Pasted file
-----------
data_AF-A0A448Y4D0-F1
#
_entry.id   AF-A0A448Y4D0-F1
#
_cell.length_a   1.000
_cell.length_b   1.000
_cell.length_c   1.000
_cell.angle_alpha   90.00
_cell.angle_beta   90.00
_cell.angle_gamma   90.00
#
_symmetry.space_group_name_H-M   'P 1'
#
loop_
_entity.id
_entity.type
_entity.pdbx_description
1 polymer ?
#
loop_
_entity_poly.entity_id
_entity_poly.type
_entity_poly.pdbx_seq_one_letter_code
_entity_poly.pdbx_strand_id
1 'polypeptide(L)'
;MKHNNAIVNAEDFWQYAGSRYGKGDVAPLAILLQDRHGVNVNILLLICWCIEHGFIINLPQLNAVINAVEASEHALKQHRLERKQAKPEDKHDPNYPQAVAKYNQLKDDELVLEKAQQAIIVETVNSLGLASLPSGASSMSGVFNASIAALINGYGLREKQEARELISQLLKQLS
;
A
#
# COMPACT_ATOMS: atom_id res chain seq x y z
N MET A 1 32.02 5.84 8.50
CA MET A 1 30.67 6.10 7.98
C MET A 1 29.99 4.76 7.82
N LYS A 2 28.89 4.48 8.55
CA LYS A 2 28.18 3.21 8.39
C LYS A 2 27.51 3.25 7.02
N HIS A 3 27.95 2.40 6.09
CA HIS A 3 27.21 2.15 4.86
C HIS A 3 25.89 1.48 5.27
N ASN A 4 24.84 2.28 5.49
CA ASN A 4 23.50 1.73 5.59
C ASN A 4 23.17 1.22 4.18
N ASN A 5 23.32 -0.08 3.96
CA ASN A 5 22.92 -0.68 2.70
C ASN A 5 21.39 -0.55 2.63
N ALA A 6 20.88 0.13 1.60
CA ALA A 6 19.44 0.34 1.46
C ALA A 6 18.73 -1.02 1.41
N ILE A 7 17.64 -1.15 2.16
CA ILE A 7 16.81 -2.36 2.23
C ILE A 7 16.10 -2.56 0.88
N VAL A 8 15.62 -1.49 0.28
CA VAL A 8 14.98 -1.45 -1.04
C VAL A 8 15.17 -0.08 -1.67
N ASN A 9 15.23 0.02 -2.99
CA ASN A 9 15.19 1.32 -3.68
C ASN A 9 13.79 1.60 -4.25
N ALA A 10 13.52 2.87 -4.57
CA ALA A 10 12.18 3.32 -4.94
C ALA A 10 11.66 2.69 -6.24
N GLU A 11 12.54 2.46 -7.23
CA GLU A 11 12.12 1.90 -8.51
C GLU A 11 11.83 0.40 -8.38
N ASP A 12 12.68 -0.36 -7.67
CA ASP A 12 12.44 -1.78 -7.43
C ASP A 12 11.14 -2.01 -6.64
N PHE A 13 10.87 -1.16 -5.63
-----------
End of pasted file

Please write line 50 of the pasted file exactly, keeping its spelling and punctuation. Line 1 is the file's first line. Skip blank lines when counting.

CA ILE A 7 16.81 -2.36 2.23